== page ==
Did the cutting and the delaying of $291 million in aid to Egypt come as a surprise to the Egyptian ruling regime that had been certain of President Trump’s full support for Egypt? The Egyptian government reacted quietly to the United Sates Administration’s decision, stating that it reflects poor judgment of the decades-long strategic relationship between the two countries. Additionally, the government signaled it would decline a meeting (that eventually took place) between senior White House advisor Kushner and Egypt’s Foreign Minister – and President Trump called President Al-Sisi to underscore the “strength of the friendship” between the two nations.
The relationship between the two countries is monitored closely by many American experts, who are presently arguing about whether the withholding of U.S. aid is related to the deterioration of human rights conditions in Egypt, including restrictions placed on civil society organizations, or to Egypt’s ties to North Korea – which we Egyptians had not been aware of. Nor do we know of the magnitude of Egyptian support to North Korea that could have upset the United States to this degree.
Egypt wants to receive the full amount of U.S. aid, unequivocal U.S. endorsement of its domestic policies, as well as U.S. blessing of its regional political activity; however, it also wants to preserve its independence from the United States! The Egyptian state believes that Egypt deserves to be rewarded because, by fighting local terrorism on its soil, it is serving the entire world and preventing terrorism from spreading to western countries. Thus, Egypt considers that its relationship with the United States should be a one-way road, with all the benefits flowing towards Egypt.
Meanwhile, under President Trump’s administration, the United States has a very clear and practical “what’s in it for me?” foreign policy. This policy is based on the premise that the United States, as the global superpower, should only privilege nations or alliances that truly deserve it! Nevertheless, it is well known that the U.S. political dynamic is comprised of multiple players that work on influencing and manipulating one another.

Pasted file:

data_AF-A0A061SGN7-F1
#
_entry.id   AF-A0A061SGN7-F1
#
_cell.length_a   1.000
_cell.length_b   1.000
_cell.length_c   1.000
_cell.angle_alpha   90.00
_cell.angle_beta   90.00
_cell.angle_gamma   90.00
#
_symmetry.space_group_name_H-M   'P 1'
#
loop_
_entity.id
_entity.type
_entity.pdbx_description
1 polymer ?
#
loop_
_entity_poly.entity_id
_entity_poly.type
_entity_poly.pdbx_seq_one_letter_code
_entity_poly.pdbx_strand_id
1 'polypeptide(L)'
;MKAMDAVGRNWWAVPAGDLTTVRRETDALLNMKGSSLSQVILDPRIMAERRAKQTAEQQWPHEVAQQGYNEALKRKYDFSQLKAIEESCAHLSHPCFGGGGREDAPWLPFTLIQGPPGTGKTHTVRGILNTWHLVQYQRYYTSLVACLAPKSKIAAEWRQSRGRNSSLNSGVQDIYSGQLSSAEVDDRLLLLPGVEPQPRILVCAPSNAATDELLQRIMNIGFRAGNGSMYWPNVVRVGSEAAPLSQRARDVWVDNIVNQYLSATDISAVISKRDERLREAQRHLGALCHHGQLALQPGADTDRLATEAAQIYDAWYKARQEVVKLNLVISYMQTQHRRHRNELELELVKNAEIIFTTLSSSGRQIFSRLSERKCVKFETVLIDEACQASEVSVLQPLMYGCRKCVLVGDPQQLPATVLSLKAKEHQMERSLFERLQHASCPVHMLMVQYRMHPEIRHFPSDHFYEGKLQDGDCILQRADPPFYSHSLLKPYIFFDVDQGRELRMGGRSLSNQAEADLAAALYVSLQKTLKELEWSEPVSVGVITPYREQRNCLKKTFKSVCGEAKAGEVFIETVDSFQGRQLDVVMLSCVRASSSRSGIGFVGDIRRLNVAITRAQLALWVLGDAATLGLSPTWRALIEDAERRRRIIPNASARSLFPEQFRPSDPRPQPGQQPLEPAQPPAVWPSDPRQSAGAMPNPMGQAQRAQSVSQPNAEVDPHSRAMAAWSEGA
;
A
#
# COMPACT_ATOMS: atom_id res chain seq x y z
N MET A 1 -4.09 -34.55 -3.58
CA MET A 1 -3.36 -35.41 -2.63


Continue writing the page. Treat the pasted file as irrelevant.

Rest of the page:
Cronies of the Egyptian ruling regime are convinced that the Muslim Brotherhood has managed to penetrate the American administration, influencing its decision to withhold part of the aid to Egypt. In fact, Egyptian state media often describe a former American ambassador to Egypt as an agent of the Brotherhood (perhaps she managed to work with other Brotherhood agents in the U.S. Administration to withhold the aid to Egypt!) These same cronies have been working on strengthening the relationship between the two nations by advocating for their viewpoints with key influencers within the U.S. Administration. These kinds of deceptive actions and narratives are not only popular among the Egyptian masses; many state executives and legislative representatives believe them as well.
Meanwhile, American scholars and journalists have been strongly condemning Egypt’s current domestic policies in many areas. Almost all American political scholars described the 30 June 2013 event either as a clear-cut military coup or (in the case of the less critical) as a popularly backed military coup. Additionally, many American pundits believe that Egypt’s current policy is provoking terrorists who could eventually expand their activities to other nations. In the Egyptian state’s view, these scholars are our nation’s enemies and their aim is to see the Muslim Brotherhood re-assume leadership of our country.
Egypt often demands of western nations not to interfere in its domestic affairs, while requesting them to help boost its economy – a challenging proposition for many countries. However, neither party is willing to voice our true differences publicly. The withheld amount of aid is certainly insignificant to the Egyptian government, and therefore I presume that the government will overlook the issue and maintain its current internal policies until the matter fades away with time. In fact, this philosophy has proven to serve Egypt well in the past.
I personally doubt that President Trump is genuinely worried about human rights in Egypt or that he cares about Egypt’s support of North Korea. Either issue could be more usefully addressed with the Egyptian state without involving the matter of U.S. aid, which is often used as a tool either to appease American political stakeholders who are calling for real change in Egypt or to signal that the United States penalizes countries that support the North Korean regime.
Establishing a genuine relationship between Egypt and the United States requires a direct and candid exchange of viewpoints. Equally important is establishing a dialogue between political experts at both ends. These kinds of talks need to be open to the media and the public. The withholding of U.S. aid to Egypt has become a deceptive tool that is misguiding many citizens in both countries – although both governments are aware of its ineffectiveness.